Things got a little crazy with the beginning of May. Our focal group this week decided to stay out of view during many of the hours we were following them. We got data, but we had to work hard for it. At the same time, a neighboring group that we want fecal samples from for this season appeared and foiled us on two separate occasions. We decided to try to get samples as long as we knew where the group was, but the first time they appeared, they did not defecate. The second day, they all switched spots right before they defecated and did it from high up in a tree so that not a single sample fell to the ground in one piece.

To make up for our lost opportunity with the extra groups, Brianna and I split up to collect from two other extra groups on Saturday with the help of colleagues. Both of these forays were successful , and we now have half of our extra groups sampled in addition to the focal data we have been collecting.

The dry season means ticks, and this week I had my fair share of ticks. I found ten on me in the field in one day, which is more than the total number I have found on me in past years. Luckily, most of them were still crawling around looking for a place to dig in when I saw them. I only found one or two that had actually bitten me already.

5 de mayo was this week, and although it was quiet in Palenque, just the thought of a holiday put me in a good mood. This was a good thing though because it kept me alert, and I was able to spot what I consider my “5 de mayo present from the forest” quickly.  As we were marching out of the forest for the day, I spotted a ‘nauyaca,’ or fer-de-lance, in the center of the path. It was very small (maybe 0.5 meters), and it was coiled up and seemed to almost not notice us. These snakes are very venomous, and supposedly common in this forest, but I’ve seen very few during my time here. I prefer that for our safety, but snakes fascinate me. We stood and took pictures of this one from a safe distance until I was able to tear myself away. Unfortunately, this made us a little late in getting out of the forest, and there were no ‘colectivos’ (public transportation vans) to give us a ride when we emerged from the forest. We had a long walk home, but to me it was worth seeing the nauyaca.

Nauyaca or fer-de-lance!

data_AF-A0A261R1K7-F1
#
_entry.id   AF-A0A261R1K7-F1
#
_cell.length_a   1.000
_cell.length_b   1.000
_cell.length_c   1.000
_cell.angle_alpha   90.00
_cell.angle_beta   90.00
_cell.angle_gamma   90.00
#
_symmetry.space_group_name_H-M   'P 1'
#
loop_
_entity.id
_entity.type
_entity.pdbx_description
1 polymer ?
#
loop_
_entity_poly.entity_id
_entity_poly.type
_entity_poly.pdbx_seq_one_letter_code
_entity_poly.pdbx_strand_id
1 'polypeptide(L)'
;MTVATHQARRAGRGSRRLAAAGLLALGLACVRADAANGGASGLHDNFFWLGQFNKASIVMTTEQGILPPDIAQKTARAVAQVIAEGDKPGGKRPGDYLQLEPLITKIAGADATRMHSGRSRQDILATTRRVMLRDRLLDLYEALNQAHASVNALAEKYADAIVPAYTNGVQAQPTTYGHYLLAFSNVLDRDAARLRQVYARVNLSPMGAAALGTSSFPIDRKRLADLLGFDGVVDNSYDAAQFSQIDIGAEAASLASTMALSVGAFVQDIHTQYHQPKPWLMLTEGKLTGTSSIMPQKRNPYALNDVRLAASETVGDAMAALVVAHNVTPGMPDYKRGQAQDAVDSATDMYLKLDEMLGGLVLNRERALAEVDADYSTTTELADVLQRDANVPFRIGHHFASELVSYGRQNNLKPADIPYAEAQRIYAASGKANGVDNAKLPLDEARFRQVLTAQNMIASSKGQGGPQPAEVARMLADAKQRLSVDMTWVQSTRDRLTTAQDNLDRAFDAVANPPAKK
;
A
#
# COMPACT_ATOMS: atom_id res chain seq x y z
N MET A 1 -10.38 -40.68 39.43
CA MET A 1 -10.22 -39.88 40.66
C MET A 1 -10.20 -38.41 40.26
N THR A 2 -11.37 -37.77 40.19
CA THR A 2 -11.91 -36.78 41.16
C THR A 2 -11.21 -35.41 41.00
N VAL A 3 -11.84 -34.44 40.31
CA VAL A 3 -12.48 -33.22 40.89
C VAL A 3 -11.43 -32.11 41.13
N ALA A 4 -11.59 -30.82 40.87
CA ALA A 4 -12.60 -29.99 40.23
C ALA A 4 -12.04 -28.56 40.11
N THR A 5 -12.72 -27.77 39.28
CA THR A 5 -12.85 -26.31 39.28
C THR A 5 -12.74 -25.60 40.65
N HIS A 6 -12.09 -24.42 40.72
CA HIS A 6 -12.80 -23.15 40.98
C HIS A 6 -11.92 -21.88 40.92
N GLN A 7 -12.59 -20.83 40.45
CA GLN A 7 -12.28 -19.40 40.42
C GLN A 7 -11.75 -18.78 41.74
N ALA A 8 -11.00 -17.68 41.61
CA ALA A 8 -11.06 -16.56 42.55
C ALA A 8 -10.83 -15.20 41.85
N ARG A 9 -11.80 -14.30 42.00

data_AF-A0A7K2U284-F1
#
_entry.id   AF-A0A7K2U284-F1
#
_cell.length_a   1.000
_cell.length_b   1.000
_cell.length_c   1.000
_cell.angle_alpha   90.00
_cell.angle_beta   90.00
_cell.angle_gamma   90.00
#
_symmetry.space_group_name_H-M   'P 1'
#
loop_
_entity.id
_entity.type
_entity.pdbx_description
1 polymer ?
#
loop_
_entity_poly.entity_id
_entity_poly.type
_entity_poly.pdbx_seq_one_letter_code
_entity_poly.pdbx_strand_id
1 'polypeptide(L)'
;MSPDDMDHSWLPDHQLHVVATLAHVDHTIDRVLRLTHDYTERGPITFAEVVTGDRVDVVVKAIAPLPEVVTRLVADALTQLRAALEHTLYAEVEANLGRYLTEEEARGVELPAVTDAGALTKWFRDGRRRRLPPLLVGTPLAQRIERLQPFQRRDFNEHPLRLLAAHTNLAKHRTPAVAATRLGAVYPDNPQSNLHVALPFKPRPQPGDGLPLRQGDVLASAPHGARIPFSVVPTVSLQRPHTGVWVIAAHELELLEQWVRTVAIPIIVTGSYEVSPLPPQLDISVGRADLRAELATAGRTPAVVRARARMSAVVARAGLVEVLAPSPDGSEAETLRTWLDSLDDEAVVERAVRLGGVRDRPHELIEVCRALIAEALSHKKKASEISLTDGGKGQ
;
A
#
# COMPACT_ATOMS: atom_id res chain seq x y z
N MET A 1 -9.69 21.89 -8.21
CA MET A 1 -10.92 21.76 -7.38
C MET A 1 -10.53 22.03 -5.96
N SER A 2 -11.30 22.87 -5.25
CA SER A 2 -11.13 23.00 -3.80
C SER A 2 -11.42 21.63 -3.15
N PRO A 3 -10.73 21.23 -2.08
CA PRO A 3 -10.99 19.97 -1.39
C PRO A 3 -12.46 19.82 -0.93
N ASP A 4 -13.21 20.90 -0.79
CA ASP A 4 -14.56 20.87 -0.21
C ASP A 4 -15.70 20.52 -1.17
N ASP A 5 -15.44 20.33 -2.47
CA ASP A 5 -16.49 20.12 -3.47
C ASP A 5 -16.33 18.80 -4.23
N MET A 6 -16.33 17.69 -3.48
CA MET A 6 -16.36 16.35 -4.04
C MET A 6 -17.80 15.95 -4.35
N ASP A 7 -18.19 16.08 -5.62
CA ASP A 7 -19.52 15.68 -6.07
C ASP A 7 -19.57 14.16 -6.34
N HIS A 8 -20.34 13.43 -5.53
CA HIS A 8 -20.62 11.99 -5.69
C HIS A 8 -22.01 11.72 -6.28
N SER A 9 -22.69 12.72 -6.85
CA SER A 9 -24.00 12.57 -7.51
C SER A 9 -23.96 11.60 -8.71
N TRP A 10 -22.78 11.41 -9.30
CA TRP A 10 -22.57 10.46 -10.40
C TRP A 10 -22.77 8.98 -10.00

Colorful fecal samples from one of our extra groups in a forest fragment.

Monday
May022011

Updates - Round 3 Week 2

This week went by quickly despite the hot weather. It was still hot, though. After a certain point, you expect to not be able to tell the difference between a few degrees, but you definitely can tell.

The most exciting discovery of the week was that there is another baby in the Motiepa group. I wrote about Melanie having an infant a few months ago, and she is still around. Isa has an infant now too though. We think it is about two weeks old, and we think it is a male. I tried to take a picture again, but when they’re so small, it’s hard to see them in the photos.

Another interesting thing is that one of the males copulated with Isa this week. The interbirth interval in these monkeys is supposed to be a little more than a year, but Isa’s last daughter just recently turned one, and she has already given birth, AND she is apparently copulating now even though she has a tiny infant. My guess is that nothing will come of the copulation, but it did happen!

Everything else has been pretty routine. The monkeys are starting to eat more fruits. One, Poulsenia armata, is very sweet, and I’ve seen tourists pick one up for a snack occasionally. They’re about the size of a strawberry though and have lots of seeds inside (approximately the size of orange seeds), so it’s not much of a snack. The monkeys also started eating a fruit that I hadn’t seen them eat since my seed dispersal work in 2008.

Isa is on the right, and you can barely see the baby on the center of her body.